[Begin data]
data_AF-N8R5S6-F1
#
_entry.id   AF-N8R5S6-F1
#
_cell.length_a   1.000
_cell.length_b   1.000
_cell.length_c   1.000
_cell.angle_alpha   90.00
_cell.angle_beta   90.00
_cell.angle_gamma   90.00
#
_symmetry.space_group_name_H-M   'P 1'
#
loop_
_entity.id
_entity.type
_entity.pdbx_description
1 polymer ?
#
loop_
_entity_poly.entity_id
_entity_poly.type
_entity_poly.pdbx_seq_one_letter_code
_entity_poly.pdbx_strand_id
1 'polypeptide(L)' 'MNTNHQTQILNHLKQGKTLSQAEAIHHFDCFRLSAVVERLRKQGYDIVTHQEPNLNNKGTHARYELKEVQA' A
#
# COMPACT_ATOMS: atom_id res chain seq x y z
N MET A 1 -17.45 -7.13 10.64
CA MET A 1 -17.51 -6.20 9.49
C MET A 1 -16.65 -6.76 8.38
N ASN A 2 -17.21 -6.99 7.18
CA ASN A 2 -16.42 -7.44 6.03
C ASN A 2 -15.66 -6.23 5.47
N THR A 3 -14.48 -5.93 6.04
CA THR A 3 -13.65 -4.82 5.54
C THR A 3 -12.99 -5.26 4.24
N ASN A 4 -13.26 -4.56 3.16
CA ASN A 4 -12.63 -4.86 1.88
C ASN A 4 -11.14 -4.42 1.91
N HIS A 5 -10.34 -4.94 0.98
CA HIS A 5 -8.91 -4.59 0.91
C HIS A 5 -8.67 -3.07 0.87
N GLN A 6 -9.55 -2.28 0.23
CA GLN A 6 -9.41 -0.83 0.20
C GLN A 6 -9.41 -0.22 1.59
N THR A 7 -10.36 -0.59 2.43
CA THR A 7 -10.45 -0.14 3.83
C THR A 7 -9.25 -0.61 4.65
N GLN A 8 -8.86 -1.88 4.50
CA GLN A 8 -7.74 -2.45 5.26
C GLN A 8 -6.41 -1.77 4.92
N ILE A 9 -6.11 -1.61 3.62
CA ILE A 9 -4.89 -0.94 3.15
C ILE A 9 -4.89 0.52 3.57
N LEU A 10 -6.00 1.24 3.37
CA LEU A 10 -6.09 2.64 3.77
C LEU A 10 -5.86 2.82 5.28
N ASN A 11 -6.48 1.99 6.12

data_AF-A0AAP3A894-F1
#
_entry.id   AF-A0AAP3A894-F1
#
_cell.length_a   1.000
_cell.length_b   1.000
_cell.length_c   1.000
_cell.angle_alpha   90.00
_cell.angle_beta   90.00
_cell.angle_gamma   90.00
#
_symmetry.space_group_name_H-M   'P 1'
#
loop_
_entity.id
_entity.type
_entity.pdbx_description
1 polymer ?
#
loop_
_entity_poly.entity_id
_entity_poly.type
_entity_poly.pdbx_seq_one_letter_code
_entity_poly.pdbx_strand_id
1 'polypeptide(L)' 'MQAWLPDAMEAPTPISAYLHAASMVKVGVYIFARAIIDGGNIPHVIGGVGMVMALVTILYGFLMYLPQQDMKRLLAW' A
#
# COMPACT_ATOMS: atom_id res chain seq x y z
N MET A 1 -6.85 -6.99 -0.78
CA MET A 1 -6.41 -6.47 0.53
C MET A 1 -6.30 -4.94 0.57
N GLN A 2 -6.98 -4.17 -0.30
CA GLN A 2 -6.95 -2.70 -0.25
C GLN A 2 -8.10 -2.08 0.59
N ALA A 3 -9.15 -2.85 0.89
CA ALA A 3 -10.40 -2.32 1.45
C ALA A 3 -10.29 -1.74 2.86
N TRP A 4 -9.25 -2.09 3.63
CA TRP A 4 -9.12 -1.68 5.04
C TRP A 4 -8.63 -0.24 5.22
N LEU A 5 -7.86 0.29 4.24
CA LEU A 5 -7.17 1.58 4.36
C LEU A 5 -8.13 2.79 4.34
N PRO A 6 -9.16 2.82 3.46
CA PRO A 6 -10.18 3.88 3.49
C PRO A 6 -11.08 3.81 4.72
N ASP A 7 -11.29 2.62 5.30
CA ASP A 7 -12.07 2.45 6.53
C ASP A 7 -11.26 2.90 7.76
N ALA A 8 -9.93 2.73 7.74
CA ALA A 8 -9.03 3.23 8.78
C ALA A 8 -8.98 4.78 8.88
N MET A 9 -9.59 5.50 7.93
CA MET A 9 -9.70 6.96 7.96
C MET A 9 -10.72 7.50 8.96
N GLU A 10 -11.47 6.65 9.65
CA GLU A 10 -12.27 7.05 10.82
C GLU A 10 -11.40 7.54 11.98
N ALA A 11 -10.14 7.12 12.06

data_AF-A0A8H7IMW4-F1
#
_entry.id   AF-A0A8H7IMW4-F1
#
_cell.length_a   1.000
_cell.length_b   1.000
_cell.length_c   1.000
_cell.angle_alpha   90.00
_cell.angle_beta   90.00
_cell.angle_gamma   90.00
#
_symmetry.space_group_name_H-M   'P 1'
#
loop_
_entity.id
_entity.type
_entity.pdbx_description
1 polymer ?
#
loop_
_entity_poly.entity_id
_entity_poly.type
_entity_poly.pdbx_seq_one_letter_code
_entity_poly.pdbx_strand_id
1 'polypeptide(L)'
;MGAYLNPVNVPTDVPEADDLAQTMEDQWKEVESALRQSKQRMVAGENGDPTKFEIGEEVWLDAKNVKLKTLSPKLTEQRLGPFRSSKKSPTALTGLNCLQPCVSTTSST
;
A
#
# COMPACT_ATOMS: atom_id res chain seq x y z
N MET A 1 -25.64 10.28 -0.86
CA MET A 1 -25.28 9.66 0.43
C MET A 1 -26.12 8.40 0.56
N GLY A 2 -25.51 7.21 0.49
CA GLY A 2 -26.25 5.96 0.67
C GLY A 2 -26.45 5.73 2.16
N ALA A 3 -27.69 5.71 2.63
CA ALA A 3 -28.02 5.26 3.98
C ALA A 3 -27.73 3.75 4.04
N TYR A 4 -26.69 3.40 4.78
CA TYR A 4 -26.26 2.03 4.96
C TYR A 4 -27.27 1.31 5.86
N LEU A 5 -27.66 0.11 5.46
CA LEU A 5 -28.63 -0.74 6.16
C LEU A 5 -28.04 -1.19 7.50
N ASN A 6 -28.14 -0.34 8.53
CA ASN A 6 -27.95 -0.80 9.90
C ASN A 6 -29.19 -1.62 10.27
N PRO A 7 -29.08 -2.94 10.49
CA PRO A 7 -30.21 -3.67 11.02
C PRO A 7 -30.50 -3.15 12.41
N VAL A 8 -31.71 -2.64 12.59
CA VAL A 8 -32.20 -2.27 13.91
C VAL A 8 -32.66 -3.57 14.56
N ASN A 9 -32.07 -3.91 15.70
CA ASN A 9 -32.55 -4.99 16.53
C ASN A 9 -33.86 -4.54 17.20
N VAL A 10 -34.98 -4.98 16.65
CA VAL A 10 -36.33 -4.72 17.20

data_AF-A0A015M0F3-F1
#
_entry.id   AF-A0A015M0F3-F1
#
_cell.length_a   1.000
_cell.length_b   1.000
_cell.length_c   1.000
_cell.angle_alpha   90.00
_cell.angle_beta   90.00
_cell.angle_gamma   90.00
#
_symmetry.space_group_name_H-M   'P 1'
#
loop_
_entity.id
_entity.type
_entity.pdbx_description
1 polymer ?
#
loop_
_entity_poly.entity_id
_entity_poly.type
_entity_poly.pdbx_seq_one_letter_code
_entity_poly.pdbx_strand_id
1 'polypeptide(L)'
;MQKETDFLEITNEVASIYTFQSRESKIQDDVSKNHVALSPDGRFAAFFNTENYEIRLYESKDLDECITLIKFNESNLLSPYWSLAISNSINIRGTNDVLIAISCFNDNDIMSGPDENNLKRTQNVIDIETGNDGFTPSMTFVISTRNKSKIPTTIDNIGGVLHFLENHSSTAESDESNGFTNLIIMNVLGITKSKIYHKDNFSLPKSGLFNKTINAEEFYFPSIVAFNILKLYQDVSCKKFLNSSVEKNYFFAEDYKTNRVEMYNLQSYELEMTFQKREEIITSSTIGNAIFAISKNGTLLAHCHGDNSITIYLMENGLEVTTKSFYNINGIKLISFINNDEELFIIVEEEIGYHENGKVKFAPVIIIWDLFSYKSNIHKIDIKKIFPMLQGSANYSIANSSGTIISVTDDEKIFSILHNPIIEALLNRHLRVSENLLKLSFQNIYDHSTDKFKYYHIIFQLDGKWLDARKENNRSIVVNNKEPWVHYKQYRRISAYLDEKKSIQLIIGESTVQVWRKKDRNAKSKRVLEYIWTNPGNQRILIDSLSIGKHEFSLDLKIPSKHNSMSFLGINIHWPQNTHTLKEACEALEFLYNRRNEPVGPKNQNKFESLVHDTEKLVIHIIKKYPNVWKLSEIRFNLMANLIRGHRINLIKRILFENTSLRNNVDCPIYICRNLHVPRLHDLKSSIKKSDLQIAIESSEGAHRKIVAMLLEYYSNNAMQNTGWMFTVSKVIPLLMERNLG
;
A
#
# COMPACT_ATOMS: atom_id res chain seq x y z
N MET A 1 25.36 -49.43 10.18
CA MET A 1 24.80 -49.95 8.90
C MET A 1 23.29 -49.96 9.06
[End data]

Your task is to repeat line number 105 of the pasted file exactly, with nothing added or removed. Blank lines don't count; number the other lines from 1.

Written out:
CA ASP A 7 -12.07 2.45 6.53